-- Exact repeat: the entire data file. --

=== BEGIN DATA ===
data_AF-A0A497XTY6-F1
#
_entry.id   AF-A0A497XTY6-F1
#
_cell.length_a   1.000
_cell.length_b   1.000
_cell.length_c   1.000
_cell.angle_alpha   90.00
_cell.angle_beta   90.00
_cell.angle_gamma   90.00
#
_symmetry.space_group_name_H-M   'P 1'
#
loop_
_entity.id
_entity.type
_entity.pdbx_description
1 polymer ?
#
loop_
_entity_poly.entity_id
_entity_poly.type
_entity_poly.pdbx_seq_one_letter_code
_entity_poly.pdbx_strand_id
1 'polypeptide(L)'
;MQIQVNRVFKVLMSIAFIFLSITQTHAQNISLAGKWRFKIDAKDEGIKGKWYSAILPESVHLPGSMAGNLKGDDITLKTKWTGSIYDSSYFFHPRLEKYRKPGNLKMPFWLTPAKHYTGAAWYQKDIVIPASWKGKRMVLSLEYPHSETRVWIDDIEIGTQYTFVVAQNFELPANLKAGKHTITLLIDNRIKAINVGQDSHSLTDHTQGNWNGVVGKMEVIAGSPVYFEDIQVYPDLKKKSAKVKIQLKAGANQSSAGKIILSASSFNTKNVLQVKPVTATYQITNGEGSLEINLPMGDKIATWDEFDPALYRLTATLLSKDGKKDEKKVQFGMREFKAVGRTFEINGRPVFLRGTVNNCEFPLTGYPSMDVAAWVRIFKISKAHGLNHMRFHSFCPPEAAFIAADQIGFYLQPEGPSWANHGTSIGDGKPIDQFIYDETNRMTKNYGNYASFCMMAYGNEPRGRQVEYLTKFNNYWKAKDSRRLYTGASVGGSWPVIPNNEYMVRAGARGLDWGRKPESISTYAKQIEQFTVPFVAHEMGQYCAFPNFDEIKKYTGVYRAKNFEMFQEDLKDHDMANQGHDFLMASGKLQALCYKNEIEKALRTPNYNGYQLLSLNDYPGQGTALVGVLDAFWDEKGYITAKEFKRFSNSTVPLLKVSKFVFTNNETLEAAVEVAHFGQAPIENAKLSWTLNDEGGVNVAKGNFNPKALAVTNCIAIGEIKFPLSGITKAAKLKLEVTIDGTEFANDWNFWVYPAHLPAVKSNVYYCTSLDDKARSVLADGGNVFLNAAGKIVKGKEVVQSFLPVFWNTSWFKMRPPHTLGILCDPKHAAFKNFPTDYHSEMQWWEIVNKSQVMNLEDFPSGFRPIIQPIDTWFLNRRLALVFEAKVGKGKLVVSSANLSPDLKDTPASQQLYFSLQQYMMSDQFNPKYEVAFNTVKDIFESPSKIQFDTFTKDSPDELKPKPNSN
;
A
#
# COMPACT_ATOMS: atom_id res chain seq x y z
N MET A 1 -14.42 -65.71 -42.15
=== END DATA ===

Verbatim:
data_AF-A0A497XTY6-F1
#
_entry.id   AF-A0A497XTY6-F1
#
_cell.length_a   1.000
_cell.length_b   1.000
_cell.length_c   1.000
_cell.angle_alpha   90.00
_cell.angle_beta   90.00
_cell.angle_gamma   90.00
#
_symmetry.space_group_name_H-M   'P 1'
#
loop_
_entity.id
_entity.type
_entity.pdbx_description
1 polymer ?
#
loop_
_entity_poly.entity_id
_entity_poly.type
_entity_poly.pdbx_seq_one_letter_code
_entity_poly.pdbx_strand_id
1 'polypeptide(L)'
;MQIQVNRVFKVLMSIAFIFLSITQTHAQNISLAGKWRFKIDAKDEGIKGKWYSAILPESVHLPGSMAGNLKGDDITLKTKWTGSIYDSSYFFHPRLEKYRKPGNLKMPFWLTPAKHYTGAAWYQKDIVIPASWKGKRMVLSLEYPHSETRVWIDDIEIGTQYTFVVAQNFELPANLKAGKHTITLLIDNRIKAINVGQDSHSLTDHTQGNWNGVVGKMEVIAGSPVYFEDIQVYPDLKKKSAKVKIQLKAGANQSSAGKIILSASSFNTKNVLQVKPVTATYQITNGEGSLEINLPMGDKIATWDEFDPALYRLTATLLSKDGKKDEKKVQFGMREFKAVGRTFEINGRPVFLRGTVNNCEFPLTGYPSMDVAAWVRIFKISKAHGLNHMRFHSFCPPEAAFIAADQIGFYLQPEGPSWANHGTSIGDGKPIDQFIYDETNRMTKNYGNYASFCMMAYGNEPRGRQVEYLTKFNNYWKAKDSRRLYTGASVGGSWPVIPNNEYMVRAGARGLDWGRKPESISTYAKQIEQFTVPFVAHEMGQYCAFPNFDEIKKYTGVYRAKNFEMFQEDLKDHDMANQGHDFLMASGKLQALCYKNEIEKALRTPNYNGYQLLSLNDYPGQGTALVGVLDAFWDEKGYITAKEFKRFSNSTVPLLKVSKFVFTNNETLEAAVEVAHFGQAPIENAKLSWTLNDEGGVNVAKGNFNPKALAVTNCIAIGEIKFPLSGITKAAKLKLEVTIDGTEFANDWNFWVYPAHLPAVKSNVYYCTSLDDKARSVLADGGNVFLNAAGKIVKGKEVVQSFLPVFWNTSWFKMRPPHTLGILCDPKHAAFKNFPTDYHSEMQWWEIVNKSQVMNLEDFPSGFRPIIQPIDTWFLNRRLALVFEAKVGKGKLVVSSANLSPDLKDTPASQQLYFSLQQYMMSDQFNPKYEVAFNTVKDIFESPSKIQFDTFTKDSPDELKPKPNSN
;
A
#
# COMPACT_ATOMS: atom_id res chain seq x y z
N MET A 1 -14.42 -65.71 -42.15